By Padraig O'Hannelly.
As we start another year, the focus of media attention has been, understandably, on Iraq's increasingly difficult security situation. But as always, there is more to the story.
For example, professional services firm PwC has said its Iraqi business has grown by 30 percent over the past year; the government has just approved a $256-million deal with Dutch shipbuilder Kuipers, and; the World Bank has approved a $335-million road fund.
As Mark Bryson-Richardson, British Charge d'Affaires in Iraq, told the Press Association:
"Iraq has experienced momentous change over the past 10 years ... [it] has moved out of Chapter VII of the UN Charter and has one of the world's fastest-growing economies, with a growth rate of 8.4 percent.
"On a day-to-day basis, Iraqis are seeing a more open media, have access to more goods and services, and are engaging in a public debate about the future of their country."
Baroness Nicholson, of the Iraq Britain Business Council (IBBC), said:
“Iraq is not in a settled neighbourhood but it’s doing very well. There are many safe areas where you can do business, and one or two hotspots that I’d advise you not to go to. It’s a question of knowing the territory.”
And knowing the territory, in every sense, is the key to success in Iraq. As the coming year will see fresh parliamentary elections, further developments in the dispute over oil exports from Iraqi Kurdistan, along with a raft of new contracts, our team at Iraq Business News will continue to keep you briefed on the lie of the land.
With another challenging but potentially rewarding year to come, we at Iraq Business News wish all Iraqis at home and abroad a happy, peaceful and prosperous 2014.
(Flag image via Shutterstock)
I am a British Iraqi. I traveled from UK to Baghdad for business just for just a few weeks. When I arrived to Baghdad Airport I had no problem with Iraqi Authority.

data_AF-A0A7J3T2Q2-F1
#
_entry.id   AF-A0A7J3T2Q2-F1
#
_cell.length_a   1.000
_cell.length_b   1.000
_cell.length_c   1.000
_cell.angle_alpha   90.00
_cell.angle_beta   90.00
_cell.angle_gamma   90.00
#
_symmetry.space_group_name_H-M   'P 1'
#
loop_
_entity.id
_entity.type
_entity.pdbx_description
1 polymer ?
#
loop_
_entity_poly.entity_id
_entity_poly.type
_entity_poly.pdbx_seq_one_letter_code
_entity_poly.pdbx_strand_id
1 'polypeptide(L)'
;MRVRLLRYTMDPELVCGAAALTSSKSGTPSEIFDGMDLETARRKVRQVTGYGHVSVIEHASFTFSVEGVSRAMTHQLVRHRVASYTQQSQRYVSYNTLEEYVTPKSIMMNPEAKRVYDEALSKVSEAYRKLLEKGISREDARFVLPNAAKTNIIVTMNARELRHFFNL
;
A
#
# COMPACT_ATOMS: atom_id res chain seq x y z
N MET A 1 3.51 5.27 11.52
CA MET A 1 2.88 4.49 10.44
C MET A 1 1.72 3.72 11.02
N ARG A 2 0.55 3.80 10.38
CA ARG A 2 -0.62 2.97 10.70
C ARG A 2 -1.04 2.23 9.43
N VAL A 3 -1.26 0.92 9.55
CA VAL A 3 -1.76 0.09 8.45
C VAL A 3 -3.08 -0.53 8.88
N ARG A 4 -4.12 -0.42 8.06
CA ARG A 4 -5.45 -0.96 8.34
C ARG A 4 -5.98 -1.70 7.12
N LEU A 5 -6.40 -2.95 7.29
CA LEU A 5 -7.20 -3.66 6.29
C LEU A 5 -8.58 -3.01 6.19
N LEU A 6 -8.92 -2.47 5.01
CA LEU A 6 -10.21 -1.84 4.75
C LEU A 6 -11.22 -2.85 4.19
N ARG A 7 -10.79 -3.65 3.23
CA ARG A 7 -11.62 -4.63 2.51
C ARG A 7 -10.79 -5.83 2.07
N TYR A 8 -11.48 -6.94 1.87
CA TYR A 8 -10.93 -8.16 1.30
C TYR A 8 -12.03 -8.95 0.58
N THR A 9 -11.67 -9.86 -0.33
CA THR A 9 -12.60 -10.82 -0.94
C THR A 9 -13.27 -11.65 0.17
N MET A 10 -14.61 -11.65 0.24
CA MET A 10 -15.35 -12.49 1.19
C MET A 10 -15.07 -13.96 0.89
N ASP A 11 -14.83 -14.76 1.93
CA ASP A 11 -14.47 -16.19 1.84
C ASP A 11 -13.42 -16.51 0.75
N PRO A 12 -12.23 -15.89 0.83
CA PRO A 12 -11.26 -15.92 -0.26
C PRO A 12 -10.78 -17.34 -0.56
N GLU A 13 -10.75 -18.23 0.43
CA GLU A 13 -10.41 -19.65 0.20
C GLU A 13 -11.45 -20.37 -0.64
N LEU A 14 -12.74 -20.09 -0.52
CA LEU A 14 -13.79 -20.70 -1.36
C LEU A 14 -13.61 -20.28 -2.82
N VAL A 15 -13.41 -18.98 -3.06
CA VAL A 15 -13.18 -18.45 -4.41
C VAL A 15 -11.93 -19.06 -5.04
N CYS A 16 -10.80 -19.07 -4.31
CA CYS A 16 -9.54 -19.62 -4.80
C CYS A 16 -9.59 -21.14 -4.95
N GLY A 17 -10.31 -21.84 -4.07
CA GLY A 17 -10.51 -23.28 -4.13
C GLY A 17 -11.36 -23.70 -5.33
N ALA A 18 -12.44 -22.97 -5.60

But the problem started when I left Baghdad International Airport for UK. When I checked out my flight to London I was asked at the Iraqi Airlines Desk about my Passport and my flight ticket. Then security man at Iraqi Airlines told me that my passport was bogus. The security man told me that he would contact the British Embassy in Baghdad (Green Zone) to verify my passport. Then I was ordered by the security man at Iraqi Airlines Desk to speak to alleged British Embassy. The security man gave me his mobile phone and I answered some questions from the alleged British Embassy regarding myself. The questions which I was asked by alleged British Embassy were nothing to do with my passport in any shape or form. Then the security man asked me to proceed with my traveling to airlines. The other passengers with Iraqi descent (i.e. British Iraqi) experienced very bad treatments in hand of the security men at the Baghdad International Airport. I heard the security men asked Iraqi passengers whether Shia or Suni. All those Iraqi Passengers were very professional people and spent all their life in Muhajir. I do not think the Iraqi Airlines security men got any right to treat us in this degrading way. What is the reason the Iraqi security men at the Baghdad International Airport asking the Iraqi British these racist questions? Those Iraqi British passengers did not know or live in the age of the sectarianism of Iraq.